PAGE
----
I used to think that I had to eradicate the fear before I could move forward. Thinking I could rationalize the fear out of existence turned out to be mental gymnastics. Even though, for the most part, fear is a mental construct based upon faulty perceptions that cause irrational behaviors, thinking about fear does not eradicate it. This is because fear is a belief that has been accepted and stored in the subconscious mind as being true.
Fear teaches us about the unknown. Think about the things you are afraid of. How much do you truly know about what you fear? I started training in martial arts, Shorin Ryu Karate to be exact, five years ago. As I moved up in my belt ranks, I had to start sparring, which scared the crap out of me. I was afraid of getting hit or hurt. I was afraid of being too old and not being able to move fast enough. Or what if I was a hot flash came over me and I fainted from being overheated? Or, worse fear yet, what if I tapped into my repressed anger and hurt someone? What if, what if, what if? It was paralyzing! My inner pretender voices, you know the ones who pretend they know everything, and take command as if, were running amok!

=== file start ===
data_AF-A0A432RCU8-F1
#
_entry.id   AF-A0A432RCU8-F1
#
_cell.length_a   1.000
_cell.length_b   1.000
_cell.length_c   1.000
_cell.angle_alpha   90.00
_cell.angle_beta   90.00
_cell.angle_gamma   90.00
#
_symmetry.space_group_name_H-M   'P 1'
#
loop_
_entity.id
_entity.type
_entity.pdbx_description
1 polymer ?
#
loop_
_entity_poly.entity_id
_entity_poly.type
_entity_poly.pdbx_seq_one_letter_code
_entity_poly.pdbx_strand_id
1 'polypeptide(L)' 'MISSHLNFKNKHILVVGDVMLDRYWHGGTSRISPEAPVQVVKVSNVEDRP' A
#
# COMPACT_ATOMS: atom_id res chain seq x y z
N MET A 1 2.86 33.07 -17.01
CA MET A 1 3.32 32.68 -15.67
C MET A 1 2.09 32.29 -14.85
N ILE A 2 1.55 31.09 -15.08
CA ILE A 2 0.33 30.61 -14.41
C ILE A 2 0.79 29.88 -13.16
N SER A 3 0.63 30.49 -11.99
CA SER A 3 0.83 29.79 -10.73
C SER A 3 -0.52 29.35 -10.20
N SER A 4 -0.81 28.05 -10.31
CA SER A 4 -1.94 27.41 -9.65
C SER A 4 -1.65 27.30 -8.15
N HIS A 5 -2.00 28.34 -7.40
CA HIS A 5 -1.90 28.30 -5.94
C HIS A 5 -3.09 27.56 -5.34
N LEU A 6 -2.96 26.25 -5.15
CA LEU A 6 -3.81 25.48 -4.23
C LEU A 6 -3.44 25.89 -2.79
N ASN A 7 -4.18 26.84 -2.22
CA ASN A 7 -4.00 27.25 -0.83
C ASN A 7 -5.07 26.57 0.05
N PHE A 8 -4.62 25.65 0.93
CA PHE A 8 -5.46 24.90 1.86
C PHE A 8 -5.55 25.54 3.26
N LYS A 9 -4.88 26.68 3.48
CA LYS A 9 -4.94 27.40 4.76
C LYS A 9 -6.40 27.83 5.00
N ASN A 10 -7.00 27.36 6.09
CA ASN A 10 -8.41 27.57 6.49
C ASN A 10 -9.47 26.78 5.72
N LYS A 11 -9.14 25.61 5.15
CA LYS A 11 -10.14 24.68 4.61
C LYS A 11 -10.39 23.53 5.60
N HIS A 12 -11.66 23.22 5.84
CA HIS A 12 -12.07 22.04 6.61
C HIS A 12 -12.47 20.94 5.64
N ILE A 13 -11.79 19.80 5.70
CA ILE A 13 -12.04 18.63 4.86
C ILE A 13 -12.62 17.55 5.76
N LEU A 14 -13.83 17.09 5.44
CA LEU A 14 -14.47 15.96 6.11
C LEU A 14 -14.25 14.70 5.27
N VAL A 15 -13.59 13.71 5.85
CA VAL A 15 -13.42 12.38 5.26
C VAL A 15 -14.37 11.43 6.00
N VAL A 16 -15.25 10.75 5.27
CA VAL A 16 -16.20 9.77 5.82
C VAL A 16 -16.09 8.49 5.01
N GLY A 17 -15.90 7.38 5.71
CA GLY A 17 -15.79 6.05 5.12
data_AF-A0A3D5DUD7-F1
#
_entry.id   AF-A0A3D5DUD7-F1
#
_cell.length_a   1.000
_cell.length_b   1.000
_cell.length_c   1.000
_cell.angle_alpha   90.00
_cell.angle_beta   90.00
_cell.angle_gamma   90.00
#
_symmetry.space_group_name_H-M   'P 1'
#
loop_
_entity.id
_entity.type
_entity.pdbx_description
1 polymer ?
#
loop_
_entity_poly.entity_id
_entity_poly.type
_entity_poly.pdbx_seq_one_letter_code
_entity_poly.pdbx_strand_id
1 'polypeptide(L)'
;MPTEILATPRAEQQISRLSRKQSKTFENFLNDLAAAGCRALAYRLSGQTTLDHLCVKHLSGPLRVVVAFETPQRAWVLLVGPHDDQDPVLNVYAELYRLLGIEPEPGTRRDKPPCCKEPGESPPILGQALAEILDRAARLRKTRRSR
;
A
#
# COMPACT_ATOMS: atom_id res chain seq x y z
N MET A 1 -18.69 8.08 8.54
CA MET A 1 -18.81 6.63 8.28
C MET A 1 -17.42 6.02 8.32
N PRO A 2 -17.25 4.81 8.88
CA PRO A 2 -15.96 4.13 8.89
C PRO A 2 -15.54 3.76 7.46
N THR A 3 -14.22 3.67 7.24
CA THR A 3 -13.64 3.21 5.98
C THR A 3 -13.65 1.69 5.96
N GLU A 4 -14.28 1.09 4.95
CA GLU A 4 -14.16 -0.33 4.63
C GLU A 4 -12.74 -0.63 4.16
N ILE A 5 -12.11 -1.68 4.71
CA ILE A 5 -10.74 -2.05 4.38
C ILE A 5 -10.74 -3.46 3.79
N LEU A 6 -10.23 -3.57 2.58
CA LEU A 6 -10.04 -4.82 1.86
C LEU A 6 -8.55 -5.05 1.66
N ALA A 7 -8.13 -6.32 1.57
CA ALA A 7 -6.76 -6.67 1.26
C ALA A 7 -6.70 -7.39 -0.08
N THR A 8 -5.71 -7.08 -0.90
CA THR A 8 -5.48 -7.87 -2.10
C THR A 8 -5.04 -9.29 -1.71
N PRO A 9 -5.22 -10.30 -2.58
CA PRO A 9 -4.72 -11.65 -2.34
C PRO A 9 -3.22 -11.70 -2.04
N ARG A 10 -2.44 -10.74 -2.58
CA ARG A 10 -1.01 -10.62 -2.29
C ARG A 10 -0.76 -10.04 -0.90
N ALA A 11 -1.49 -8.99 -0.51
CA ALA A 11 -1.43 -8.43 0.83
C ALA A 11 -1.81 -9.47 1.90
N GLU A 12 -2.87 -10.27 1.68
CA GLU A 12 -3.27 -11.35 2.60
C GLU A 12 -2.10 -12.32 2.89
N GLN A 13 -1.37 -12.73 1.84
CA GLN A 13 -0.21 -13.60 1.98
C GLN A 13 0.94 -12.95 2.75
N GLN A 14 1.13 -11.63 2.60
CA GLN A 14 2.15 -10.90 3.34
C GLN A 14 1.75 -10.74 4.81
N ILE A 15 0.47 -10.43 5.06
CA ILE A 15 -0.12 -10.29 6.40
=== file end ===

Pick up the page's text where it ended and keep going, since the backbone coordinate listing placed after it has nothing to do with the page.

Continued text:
The truth about fear is you have to feel it, really feel it, and then do what you are afraid of. We must allow ourselves to be vulnerable in this moment of acknowledging our fear. Without the vulnerability, it is hard to find true courage (as opposed to bravado). And without courage, we will be challenged to take action. And without action, the fear will not be transformed.